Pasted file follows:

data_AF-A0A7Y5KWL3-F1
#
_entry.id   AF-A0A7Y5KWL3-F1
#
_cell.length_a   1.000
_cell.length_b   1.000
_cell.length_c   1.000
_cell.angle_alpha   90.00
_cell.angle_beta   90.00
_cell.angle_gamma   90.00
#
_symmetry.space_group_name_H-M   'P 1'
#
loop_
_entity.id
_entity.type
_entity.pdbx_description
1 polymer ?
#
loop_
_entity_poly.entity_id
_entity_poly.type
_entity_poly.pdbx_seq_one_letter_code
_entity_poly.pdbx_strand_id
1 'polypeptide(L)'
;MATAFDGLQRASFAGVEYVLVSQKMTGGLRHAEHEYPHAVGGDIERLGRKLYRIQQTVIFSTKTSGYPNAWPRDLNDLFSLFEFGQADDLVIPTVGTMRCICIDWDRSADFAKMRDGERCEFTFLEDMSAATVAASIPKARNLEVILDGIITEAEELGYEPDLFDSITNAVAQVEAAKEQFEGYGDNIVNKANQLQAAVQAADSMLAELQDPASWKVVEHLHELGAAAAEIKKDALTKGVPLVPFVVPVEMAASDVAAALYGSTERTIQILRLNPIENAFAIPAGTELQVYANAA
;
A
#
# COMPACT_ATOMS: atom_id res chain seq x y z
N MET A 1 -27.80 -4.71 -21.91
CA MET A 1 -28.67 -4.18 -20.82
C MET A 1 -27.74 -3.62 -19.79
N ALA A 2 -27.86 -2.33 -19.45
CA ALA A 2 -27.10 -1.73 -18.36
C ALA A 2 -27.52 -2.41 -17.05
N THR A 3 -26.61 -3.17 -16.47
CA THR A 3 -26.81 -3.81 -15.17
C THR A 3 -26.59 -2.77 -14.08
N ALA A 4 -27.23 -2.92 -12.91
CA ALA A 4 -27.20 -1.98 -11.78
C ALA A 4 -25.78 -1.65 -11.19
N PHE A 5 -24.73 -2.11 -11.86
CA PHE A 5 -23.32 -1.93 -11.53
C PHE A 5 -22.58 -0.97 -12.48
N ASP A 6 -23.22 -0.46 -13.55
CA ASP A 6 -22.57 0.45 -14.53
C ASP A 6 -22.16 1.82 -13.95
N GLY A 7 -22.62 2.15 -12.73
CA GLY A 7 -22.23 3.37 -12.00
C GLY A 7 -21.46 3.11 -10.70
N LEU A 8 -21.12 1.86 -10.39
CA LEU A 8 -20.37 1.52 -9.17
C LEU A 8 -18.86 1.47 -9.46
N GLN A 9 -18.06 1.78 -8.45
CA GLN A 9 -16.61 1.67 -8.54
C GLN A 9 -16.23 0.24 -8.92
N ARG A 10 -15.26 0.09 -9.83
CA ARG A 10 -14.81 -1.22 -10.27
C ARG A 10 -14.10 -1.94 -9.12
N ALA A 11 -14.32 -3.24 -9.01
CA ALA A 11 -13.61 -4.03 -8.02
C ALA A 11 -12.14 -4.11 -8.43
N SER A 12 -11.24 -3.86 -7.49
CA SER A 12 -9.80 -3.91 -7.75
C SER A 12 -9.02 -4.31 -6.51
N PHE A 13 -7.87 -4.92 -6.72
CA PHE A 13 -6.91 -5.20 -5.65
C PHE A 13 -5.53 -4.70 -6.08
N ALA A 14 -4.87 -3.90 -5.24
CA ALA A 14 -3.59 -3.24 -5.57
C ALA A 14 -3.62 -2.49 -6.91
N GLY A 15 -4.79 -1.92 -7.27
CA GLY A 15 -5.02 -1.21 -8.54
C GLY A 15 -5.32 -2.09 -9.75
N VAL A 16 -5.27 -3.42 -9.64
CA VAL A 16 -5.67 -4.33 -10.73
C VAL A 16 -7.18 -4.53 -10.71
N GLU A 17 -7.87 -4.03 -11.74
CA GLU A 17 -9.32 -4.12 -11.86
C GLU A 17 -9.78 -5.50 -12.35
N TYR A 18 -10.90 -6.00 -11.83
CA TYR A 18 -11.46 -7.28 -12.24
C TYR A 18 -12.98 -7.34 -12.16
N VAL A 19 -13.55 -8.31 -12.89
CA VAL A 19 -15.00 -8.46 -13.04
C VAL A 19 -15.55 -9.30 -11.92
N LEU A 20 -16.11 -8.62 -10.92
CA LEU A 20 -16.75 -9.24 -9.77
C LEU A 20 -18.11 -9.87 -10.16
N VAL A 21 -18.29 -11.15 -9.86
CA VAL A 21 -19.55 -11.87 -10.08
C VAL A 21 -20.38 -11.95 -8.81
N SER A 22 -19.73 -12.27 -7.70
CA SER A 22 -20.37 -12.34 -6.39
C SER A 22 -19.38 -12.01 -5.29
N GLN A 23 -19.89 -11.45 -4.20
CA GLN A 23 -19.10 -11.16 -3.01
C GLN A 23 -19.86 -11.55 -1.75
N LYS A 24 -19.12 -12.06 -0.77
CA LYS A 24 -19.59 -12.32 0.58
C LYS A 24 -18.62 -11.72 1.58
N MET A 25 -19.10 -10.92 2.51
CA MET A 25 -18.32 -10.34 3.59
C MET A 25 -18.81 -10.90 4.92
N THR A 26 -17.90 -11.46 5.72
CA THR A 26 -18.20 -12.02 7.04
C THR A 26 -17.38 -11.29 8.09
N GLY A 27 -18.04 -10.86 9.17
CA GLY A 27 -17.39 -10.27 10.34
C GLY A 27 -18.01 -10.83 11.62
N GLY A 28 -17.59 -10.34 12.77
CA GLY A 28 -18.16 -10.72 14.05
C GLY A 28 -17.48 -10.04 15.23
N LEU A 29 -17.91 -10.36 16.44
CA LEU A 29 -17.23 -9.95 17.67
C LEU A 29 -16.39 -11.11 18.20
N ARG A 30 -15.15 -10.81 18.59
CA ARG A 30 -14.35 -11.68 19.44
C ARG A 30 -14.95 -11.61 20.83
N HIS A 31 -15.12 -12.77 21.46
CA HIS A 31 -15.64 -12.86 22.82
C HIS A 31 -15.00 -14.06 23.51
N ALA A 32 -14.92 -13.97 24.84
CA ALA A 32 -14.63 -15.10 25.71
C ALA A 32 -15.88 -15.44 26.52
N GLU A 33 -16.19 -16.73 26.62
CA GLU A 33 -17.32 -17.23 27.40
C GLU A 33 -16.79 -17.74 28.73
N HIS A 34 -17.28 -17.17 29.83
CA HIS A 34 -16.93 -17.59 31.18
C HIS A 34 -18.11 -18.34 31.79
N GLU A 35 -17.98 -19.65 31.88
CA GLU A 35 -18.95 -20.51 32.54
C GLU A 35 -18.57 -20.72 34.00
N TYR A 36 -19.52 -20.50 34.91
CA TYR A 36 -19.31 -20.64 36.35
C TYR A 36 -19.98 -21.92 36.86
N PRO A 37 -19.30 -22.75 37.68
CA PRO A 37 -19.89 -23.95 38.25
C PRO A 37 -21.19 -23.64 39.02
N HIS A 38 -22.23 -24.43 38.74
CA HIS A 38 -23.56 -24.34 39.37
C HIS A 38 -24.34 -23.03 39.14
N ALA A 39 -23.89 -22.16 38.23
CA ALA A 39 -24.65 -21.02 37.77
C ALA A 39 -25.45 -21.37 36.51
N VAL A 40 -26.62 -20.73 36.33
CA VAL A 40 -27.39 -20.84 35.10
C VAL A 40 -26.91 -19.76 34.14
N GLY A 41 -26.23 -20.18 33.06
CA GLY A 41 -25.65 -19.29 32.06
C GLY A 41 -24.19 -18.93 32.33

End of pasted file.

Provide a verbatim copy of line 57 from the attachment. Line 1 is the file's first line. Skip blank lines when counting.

C GLN A 9 -16.23 0.24 -8.92